New Medicare Card Distributed Ahead of April 2019 Deadline

Medicare card

Photo Credit: Centers for Medicare & Medicaid Services

The Centers for Medicare & Medicaid Services (CMS) announces a completion of a large-scale effort to provide new Medicare cards without Social Security numbers to Medicare beneficiaries.  The newly issued cards support the federal efforts to protect the personal identity of the Medicare recipients to reduce fraud and abuse. Over the past nine months, CMS sent these new cards to more than 61 million Medicare beneficiaries across the nation and U.S. territories, completing the project ahead of schedule“

Safeguarding our beneficiaries’ personal information continues to be one of our top priorities,” said CMS Administrator Seema Verma, in a statement issued on January 16, 2019. “The Trump Administration is committed to modernizing Medicare and has expedited this process to ensure the protection of Medicare beneficiaries and taxpayer dollars from the potential for fraud and abuse due to personal information that existed on the old cards. All beneficiaries should continue to use these new cards as a valuable resource when seeking care. These new cards will not only be easier for beneficiaries, but also provide the Medicare program with essential protections due to the new unique identifier on the cards,” said Verma.

Last April, CMS began mailing the new Medicare cards, each of which features a unique, randomly assigned Medicare number known as a Medicare Beneficiary Identifier (MBI). The MBI is a combination of letters and numbers that helps prorect against personal identify theft and fraud.  CMS mailed the newly designed cards on a rolling schedule to every Medicare beneficiary, completing the task three months before the April 2019 deadline for replacing old Medicare cards set by Congress as part of the legislation passed under the Medicare Access and CHIP Reauthorization Act (MACRA) of 2015.

Medicare patients are now using their new cards in doctor’s offices and other healthcare facilities. More than half of healthcare claims CMS is processing now include the new MBI, demonstrating a smooth transition to the new cards use. Healthcare providers submitted 58 percent of all Medicare fee-for-service (FFS) claims with an MBI for the week ending January 11th.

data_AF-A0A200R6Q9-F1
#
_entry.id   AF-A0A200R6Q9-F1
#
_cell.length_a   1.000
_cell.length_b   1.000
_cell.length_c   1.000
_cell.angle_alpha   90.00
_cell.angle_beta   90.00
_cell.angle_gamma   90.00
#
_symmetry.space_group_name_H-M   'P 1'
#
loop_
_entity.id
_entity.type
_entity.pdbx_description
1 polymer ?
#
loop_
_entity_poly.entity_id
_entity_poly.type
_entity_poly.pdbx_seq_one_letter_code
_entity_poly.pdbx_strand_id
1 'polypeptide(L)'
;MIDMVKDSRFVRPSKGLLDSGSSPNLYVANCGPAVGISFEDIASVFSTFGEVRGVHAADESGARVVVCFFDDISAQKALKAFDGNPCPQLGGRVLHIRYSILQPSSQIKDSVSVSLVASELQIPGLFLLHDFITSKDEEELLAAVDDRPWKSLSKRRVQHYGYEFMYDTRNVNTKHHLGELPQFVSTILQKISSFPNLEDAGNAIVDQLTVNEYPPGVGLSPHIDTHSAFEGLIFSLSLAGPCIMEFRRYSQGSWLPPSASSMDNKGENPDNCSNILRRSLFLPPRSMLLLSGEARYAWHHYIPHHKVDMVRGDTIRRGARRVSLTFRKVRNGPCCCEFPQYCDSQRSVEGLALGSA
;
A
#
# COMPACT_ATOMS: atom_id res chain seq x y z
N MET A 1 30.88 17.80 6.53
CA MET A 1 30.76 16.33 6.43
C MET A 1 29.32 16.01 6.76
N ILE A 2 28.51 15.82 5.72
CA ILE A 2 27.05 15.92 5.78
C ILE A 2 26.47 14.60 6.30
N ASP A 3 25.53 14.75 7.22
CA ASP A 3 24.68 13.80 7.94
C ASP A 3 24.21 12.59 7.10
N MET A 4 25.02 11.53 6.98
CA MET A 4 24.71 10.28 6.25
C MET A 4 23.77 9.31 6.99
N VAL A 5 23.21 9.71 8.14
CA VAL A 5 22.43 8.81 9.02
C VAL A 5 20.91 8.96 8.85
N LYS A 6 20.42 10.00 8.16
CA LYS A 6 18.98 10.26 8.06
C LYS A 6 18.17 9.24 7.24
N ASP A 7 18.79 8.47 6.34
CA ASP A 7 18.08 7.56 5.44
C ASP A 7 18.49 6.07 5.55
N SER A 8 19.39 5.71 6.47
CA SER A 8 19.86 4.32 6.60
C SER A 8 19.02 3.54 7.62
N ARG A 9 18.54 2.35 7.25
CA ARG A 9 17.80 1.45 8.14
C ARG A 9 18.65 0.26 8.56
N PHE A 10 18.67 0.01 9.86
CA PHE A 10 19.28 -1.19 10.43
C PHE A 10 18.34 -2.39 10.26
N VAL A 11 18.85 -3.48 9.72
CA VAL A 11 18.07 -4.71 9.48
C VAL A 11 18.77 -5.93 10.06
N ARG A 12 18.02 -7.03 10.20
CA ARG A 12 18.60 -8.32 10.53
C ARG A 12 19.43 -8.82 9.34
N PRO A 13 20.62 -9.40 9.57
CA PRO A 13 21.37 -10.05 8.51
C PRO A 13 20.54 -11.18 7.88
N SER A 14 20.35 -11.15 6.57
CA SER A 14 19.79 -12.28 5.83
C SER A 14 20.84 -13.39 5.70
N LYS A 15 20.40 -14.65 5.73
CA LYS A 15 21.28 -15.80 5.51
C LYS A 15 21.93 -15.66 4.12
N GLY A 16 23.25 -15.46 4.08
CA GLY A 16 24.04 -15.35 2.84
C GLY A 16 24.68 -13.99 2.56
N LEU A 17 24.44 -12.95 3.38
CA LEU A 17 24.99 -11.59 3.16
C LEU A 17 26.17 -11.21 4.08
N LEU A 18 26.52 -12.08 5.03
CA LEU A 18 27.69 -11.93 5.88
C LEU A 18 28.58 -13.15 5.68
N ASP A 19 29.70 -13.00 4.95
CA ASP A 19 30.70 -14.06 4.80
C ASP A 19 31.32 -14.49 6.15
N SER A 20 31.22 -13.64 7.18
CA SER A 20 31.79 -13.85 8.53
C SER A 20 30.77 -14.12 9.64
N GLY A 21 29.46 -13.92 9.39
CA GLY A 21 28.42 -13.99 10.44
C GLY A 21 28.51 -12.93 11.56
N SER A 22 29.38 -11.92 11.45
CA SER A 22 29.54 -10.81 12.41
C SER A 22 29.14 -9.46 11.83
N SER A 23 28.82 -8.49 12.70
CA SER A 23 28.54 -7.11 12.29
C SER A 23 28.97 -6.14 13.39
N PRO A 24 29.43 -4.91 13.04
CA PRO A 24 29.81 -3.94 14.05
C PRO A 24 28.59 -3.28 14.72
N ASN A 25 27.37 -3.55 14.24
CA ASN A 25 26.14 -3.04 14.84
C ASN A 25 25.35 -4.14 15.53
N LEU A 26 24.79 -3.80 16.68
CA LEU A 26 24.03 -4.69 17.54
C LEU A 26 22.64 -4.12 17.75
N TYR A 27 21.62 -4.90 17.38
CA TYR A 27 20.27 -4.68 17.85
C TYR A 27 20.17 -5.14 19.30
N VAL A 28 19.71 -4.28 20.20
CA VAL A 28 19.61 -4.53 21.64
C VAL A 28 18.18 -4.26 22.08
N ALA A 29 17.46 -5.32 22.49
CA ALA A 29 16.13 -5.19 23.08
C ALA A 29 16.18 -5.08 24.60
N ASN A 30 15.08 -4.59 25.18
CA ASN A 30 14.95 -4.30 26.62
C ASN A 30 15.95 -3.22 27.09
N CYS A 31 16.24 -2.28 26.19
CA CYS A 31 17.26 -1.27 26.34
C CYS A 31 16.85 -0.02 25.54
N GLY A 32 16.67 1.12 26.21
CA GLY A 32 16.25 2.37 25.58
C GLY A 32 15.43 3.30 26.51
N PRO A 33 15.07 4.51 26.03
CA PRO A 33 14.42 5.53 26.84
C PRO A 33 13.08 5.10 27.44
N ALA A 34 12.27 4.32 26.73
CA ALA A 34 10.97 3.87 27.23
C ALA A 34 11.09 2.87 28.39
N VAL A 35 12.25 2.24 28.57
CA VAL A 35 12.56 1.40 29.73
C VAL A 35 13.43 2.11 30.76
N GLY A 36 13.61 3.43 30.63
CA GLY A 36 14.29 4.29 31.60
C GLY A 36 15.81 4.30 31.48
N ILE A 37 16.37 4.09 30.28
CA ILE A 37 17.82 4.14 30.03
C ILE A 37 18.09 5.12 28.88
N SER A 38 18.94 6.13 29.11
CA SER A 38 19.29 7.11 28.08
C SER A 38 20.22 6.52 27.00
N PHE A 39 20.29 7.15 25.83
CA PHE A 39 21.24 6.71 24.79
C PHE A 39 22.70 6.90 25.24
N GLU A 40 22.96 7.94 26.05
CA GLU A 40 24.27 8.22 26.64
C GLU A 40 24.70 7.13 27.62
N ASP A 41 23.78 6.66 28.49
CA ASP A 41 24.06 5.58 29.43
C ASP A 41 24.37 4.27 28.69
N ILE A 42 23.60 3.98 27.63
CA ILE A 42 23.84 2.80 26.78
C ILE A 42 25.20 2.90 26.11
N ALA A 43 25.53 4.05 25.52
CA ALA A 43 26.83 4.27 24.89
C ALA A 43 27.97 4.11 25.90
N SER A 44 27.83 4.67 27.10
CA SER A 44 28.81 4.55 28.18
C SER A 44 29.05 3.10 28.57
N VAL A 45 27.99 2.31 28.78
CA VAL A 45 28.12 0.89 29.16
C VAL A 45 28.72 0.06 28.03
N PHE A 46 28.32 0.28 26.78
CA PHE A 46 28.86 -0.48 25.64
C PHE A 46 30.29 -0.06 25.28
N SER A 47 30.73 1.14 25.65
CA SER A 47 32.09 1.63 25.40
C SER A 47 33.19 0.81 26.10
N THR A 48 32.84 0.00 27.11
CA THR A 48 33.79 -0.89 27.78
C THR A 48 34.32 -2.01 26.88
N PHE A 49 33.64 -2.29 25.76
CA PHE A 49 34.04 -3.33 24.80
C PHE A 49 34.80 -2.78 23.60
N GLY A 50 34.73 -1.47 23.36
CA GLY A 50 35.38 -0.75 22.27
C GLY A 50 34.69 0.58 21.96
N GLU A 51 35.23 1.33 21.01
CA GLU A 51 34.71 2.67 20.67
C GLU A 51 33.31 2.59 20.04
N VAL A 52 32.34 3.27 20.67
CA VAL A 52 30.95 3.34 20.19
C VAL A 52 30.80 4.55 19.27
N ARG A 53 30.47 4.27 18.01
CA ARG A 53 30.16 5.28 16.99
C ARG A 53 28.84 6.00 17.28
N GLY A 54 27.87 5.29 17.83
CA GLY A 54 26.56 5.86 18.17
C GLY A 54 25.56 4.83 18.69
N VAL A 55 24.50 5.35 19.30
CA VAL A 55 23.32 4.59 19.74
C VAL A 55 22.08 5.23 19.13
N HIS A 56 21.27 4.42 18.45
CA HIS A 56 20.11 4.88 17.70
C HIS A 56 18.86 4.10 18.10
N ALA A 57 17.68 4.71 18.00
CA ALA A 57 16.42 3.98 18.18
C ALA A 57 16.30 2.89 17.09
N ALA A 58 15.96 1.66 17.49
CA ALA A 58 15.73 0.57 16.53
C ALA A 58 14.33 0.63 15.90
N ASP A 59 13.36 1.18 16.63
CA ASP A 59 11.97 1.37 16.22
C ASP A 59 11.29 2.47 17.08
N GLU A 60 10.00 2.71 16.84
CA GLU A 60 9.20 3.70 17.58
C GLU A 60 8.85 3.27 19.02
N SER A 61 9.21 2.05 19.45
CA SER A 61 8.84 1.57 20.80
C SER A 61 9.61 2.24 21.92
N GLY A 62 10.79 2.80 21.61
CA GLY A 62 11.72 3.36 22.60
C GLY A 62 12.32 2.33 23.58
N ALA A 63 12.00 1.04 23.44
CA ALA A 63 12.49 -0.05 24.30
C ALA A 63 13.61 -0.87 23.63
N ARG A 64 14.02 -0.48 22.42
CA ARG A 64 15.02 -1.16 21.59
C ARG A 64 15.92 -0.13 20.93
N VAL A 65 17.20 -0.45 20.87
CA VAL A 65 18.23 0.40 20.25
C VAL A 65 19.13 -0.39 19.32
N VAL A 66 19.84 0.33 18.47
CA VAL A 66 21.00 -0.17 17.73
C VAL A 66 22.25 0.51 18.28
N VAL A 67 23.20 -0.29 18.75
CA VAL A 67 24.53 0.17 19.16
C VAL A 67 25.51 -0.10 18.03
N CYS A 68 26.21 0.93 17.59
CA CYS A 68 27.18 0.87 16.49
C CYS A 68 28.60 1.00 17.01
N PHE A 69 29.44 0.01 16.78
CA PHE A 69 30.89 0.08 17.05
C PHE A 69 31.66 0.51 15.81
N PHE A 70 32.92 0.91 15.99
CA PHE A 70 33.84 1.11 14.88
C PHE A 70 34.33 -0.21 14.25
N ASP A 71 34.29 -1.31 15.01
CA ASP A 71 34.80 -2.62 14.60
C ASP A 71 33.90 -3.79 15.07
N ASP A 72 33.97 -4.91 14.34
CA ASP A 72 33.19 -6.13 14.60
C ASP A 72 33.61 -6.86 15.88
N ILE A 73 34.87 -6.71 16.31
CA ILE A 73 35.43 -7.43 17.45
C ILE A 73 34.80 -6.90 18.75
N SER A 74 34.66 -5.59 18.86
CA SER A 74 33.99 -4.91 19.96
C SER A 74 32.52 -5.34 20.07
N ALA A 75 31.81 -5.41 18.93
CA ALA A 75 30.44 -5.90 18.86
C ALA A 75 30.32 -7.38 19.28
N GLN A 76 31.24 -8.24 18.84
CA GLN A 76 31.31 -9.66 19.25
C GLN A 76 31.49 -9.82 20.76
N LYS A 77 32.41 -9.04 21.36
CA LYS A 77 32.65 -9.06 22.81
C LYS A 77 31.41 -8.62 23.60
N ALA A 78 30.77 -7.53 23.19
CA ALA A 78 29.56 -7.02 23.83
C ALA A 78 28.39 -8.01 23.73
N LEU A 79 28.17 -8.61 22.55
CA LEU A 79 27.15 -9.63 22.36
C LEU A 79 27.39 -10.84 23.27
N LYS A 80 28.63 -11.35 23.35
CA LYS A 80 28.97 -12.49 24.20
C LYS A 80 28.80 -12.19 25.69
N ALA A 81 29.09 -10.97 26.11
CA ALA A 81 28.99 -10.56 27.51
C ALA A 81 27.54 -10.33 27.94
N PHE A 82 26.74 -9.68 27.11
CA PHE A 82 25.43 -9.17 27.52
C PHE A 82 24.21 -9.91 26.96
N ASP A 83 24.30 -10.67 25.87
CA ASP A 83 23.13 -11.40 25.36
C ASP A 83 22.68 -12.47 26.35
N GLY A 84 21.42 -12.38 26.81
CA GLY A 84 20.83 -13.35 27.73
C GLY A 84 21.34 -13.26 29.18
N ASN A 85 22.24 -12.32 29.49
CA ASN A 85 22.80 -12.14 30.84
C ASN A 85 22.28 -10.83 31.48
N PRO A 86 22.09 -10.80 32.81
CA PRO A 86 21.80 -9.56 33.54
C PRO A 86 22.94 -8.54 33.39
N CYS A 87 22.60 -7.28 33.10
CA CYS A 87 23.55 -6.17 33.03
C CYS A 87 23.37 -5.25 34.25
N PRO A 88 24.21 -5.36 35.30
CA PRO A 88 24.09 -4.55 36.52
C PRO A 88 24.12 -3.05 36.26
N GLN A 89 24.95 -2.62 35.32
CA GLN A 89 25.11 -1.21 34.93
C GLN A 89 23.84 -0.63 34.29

If You Never Received Your New Medicare Card….

For those Medicare beneficiaries who have not received a new card by now, CMS suggests making a call to 1-800-MEDICARE for assistance.  They will verify your identity, check your address on record, and help you get your new card.

Or log into your MyMedicare.gov account to get your new Medicare number or print your official card. The new Medicare number is now available in your account, even if you didn’t receive your new card in the mail. Accounts are password-protected and secure. To access or create an account, by visiting MyMedicare.gov.

You can also ask your health care provider to look up your  new Medicare number through a secure portal when you come for a medical appointment.

Tips on Combating Identity Theft

Although the new Medicare cards are designed to protect against identity theft, Medicare beneficiaries should continue to be extra vigilant against scams.

CMS recommends that you destroy your old Medicare card so no one can easily get your personal information.  Start using your new Medicare card immediately.  The newly issued card does not impact or change your healthcare benefits.

If you’re a Medicare Advantage Plan (like an HMO or PPO) or a Medicare Drug Plan, keep using that plan Identification card whenever you need care or prescriptions. However, please carry and protect your new Medicare card too — you may be asked to show it.

Finally, only give the new Medicare number to physicians, pharmacists, other healthcare providers, insurers, or people you trust to work with Medicare on your behalf. Medicare will never call uninvited and request your Medicare number or other personal information.

 

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